Current physical activity guidelines for children and adults recommend overall amounts of activity to be achieved over a day/week. Little is known about how this activity should be accumulated despite evidence that different patterns of physical activity are required to reduce the risk of different diseases. For example, physical activity frequency is important for insulin sensitivity and glycaemic control; intensity (walking pace) is for heart disease risk and type (sharp bursts of weight-bearing PA) is for bone health. Although total amounts of physical activity are known to affect health they may not be sufficient to explain differences in health outcomes; therefore, particular temporal patterns of physical activity behaviour may be critical. Our research is focused on trying to characterise detailed patterns of physical activity to determine which patterns are most strongly associated with which disease or condition. This is important for public health messages about how much of what type of activity is important and would also help to understand adherence to specific physical activity messages following intervention.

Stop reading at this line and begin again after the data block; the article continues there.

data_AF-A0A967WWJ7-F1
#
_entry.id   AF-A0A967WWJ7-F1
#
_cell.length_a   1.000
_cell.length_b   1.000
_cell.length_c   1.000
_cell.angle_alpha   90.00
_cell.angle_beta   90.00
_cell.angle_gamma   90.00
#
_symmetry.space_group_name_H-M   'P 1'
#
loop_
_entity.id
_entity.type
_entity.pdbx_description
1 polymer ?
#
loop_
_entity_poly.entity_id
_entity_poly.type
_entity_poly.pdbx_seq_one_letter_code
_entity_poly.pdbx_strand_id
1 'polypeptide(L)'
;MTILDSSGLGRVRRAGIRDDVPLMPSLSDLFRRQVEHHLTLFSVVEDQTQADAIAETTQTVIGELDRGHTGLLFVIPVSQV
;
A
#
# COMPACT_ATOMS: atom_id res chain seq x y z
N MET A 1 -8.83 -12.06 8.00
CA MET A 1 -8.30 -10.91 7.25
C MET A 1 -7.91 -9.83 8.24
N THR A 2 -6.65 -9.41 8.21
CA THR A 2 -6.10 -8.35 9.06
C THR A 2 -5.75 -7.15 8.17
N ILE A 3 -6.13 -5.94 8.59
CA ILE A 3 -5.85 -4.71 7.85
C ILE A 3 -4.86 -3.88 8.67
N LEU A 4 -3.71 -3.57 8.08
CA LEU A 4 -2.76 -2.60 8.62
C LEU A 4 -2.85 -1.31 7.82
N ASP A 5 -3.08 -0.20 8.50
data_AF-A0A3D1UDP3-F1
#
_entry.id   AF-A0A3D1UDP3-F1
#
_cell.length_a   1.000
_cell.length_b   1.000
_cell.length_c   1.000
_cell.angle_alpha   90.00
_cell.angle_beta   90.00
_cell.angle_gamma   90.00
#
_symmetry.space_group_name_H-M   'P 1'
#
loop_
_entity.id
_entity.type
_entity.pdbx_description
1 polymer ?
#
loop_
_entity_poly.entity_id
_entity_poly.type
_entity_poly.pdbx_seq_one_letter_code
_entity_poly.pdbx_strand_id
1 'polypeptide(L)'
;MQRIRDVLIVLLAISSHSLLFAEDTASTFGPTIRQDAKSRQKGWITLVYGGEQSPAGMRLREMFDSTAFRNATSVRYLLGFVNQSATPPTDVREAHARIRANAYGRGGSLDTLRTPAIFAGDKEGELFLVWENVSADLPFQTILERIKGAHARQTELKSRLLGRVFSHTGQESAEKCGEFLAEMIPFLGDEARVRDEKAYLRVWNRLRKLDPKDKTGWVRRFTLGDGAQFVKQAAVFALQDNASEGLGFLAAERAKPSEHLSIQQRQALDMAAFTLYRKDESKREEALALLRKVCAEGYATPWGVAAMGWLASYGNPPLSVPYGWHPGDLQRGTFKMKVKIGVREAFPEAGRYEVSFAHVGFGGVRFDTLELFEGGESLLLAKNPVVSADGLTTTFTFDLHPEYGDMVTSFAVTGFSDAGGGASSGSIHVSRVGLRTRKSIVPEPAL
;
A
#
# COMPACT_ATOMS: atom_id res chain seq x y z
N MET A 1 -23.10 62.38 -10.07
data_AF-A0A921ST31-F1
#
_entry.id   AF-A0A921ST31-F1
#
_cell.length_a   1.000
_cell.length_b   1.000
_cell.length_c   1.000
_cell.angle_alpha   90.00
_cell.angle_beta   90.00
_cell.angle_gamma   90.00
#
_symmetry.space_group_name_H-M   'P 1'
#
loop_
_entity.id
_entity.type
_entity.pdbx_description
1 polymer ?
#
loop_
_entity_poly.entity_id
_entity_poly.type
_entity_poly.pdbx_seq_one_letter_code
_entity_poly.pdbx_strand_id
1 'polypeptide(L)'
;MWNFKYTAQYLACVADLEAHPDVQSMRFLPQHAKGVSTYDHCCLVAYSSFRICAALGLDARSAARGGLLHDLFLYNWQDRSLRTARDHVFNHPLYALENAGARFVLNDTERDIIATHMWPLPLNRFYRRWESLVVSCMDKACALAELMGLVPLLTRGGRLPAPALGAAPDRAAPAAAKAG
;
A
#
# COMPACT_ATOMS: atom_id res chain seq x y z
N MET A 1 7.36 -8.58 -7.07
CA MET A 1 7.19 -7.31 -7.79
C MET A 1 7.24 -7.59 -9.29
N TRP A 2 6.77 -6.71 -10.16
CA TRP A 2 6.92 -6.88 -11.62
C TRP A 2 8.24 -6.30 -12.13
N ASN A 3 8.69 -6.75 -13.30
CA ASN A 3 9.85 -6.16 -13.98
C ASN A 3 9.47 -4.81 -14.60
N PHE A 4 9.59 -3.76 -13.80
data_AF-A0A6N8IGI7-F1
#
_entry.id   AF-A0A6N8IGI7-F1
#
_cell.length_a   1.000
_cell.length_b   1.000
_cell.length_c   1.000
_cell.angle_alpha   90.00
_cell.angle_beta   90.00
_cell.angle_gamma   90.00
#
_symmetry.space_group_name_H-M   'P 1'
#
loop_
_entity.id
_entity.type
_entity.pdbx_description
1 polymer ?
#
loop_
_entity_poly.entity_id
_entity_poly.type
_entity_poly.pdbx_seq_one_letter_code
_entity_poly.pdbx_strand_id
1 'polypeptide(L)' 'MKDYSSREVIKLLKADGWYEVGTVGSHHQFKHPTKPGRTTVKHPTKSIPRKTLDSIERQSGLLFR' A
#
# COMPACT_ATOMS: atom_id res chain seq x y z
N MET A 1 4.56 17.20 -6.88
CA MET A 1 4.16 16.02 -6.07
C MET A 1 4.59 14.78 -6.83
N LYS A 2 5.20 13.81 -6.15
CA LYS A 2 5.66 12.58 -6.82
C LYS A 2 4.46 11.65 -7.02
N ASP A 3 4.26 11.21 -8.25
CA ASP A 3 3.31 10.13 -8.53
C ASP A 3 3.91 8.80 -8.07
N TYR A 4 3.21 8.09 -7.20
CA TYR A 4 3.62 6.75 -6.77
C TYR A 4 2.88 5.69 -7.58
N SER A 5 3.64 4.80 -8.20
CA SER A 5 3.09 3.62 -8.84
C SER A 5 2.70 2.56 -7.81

Our interdisciplinary research specialisms link pre-clinical laboratory and fundamental research with epidemiological and intervention studies to enhance our understanding of the relationship between physical activity and health across the lifespan.
Our group comprises diverse expertise including:
- Adult and paediatric health and exercise physiology
- Physical activity measurement methodology
- Physical activity epidemiology and public health
- Evaluation and design of physical activity interventions
- Associations of physical activity, bone health and injury
- Psychology of exercise and physical activity
- Physical activity data modelling and analysis